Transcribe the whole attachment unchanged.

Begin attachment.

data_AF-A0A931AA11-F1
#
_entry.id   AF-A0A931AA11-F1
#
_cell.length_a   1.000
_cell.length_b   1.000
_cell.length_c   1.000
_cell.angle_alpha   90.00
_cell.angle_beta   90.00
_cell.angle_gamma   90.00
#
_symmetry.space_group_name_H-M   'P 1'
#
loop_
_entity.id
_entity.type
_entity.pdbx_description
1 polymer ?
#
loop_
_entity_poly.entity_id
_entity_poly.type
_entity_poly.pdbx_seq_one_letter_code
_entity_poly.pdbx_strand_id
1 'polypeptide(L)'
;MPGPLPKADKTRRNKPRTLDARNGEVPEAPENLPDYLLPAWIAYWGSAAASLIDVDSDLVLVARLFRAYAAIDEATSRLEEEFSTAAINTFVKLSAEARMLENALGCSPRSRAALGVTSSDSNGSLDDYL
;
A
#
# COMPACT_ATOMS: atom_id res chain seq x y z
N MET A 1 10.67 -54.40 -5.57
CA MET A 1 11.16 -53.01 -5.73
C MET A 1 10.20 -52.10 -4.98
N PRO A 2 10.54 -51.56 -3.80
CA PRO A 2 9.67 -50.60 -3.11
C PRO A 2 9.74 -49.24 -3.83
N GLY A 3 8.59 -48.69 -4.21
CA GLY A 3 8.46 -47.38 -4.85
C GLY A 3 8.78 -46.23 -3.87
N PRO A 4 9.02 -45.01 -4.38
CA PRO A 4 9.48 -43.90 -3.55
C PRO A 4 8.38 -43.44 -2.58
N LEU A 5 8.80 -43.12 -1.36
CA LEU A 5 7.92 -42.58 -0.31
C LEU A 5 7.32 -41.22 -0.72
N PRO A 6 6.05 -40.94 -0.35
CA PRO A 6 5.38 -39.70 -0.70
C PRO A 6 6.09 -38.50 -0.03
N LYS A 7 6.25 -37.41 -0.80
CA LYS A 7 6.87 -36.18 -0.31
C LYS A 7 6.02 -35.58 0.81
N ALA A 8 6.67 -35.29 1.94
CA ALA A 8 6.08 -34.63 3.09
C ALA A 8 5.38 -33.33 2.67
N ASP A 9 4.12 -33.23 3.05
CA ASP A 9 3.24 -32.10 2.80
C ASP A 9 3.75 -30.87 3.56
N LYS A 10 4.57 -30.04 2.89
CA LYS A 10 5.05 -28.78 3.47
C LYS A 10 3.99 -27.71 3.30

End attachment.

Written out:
data_AF-A0A931AA11-F1
#
_entry.id   AF-A0A931AA11-F1
#
_cell.length_a   1.000
_cell.length_b   1.000
_cell.length_c   1.000
_cell.angle_alpha   90.00
_cell.angle_beta   90.00
_cell.angle_gamma   90.00
#
_symmetry.space_group_name_H-M   'P 1'
#
loop_
_entity.id
_entity.type
_entity.pdbx_description
1 polymer ?
#
loop_
_entity_poly.entity_id
_entity_poly.type
_entity_poly.pdbx_seq_one_letter_code
_entity_poly.pdbx_strand_id
1 'polypeptide(L)'
;MPGPLPKADKTRRNKPRTLDARNGEVPEAPENLPDYLLPAWIAYWGSAAASLIDVDSDLVLVARLFRAYAAIDEATSRLEEEFSTAAINTFVKLSAEARMLENALGCSPRSRAALGVTSSDSNGSLDDYL
;
A
#
# COMPACT_ATOMS: atom_id res chain seq x y z
N MET A 1 10.67 -54.40 -5.57
CA MET A 1 11.16 -53.01 -5.73
C MET A 1 10.20 -52.10 -4.98
N PRO A 2 10.54 -51.56 -3.80
CA PRO A 2 9.67 -50.60 -3.11
C PRO A 2 9.74 -49.24 -3.83
N GLY A 3 8.59 -48.69 -4.21
CA GLY A 3 8.46 -47.38 -4.85
C GLY A 3 8.78 -46.23 -3.87
N PRO A 4 9.02 -45.01 -4.38
CA PRO A 4 9.48 -43.90 -3.55
C PRO A 4 8.38 -43.44 -2.58
N LEU A 5 8.80 -43.12 -1.36
CA LEU A 5 7.92 -42.58 -0.31
C LEU A 5 7.32 -41.22 -0.72
N PRO A 6 6.05 -40.94 -0.35
CA PRO A 6 5.38 -39.70 -0.70
C PRO A 6 6.09 -38.50 -0.03
N LYS A 7 6.25 -37.41 -0.80
CA LYS A 7 6.87 -36.18 -0.31
C LYS A 7 6.02 -35.58 0.81
N ALA A 8 6.67 -35.29 1.94
CA ALA A 8 6.08 -34.63 3.09
C ALA A 8 5.38 -33.33 2.67
N ASP A 9 4.12 -33.23 3.05
CA ASP A 9 3.24 -32.10 2.80
C ASP A 9 3.75 -30.87 3.56
N LYS A 10 4.57 -30.04 2.89
CA LYS A 10 5.05 -28.78 3.47
C LYS A 10 3.99 -27.71 3.30